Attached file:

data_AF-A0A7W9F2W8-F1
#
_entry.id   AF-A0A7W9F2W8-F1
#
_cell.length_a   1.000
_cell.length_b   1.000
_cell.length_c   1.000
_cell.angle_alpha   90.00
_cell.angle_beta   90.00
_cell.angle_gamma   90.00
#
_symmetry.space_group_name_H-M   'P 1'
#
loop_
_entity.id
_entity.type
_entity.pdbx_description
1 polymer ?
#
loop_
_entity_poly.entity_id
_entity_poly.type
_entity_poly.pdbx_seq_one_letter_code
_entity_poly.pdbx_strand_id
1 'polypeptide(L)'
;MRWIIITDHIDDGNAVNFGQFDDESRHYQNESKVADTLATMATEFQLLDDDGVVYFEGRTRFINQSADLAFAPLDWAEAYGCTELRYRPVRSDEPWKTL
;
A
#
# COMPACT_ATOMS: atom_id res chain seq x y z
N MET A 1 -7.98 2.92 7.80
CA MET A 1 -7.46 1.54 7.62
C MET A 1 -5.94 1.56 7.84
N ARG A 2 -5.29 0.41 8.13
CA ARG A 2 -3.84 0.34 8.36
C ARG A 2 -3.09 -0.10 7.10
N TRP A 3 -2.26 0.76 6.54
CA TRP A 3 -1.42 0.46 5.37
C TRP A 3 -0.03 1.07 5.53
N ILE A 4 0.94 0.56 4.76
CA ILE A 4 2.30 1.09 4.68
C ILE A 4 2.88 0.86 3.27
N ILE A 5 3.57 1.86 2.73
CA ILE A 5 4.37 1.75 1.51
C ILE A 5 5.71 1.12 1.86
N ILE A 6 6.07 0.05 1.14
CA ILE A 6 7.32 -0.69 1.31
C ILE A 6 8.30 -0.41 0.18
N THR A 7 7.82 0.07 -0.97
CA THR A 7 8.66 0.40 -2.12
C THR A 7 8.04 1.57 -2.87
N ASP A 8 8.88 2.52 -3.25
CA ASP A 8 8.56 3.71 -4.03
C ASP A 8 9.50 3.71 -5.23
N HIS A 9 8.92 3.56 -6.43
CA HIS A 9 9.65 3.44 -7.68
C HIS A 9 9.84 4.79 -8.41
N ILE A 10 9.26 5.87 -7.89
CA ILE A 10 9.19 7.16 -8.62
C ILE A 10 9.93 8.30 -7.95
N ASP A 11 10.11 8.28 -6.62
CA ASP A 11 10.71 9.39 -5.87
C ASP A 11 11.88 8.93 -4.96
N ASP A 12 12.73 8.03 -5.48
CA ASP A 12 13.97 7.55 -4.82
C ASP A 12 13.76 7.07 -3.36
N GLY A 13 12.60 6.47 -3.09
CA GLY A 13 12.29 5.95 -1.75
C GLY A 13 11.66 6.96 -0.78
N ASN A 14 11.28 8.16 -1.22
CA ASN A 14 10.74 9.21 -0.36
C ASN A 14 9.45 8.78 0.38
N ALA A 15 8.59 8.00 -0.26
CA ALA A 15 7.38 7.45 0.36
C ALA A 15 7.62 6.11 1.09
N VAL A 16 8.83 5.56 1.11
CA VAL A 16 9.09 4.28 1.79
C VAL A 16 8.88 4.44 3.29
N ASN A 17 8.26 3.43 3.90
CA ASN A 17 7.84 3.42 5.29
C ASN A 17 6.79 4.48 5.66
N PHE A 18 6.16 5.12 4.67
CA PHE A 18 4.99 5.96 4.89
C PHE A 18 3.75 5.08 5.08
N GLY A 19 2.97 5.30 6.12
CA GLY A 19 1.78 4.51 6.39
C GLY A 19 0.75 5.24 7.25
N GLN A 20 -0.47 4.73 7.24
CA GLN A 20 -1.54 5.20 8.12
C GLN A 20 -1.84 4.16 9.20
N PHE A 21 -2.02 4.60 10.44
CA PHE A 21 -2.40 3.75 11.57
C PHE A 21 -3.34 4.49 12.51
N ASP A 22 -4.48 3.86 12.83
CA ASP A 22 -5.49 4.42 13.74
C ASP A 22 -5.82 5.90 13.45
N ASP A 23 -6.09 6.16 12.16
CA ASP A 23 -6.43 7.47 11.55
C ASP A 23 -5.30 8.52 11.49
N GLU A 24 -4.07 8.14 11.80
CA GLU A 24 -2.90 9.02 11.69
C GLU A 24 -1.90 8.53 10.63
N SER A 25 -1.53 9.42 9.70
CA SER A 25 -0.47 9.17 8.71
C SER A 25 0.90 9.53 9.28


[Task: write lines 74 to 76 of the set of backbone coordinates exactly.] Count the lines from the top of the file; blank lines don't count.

CA ALA A 15 7.38 7.45 0.36
C ALA A 15 7.62 6.11 1.09
N VAL A 16 8.83 5.56 1.11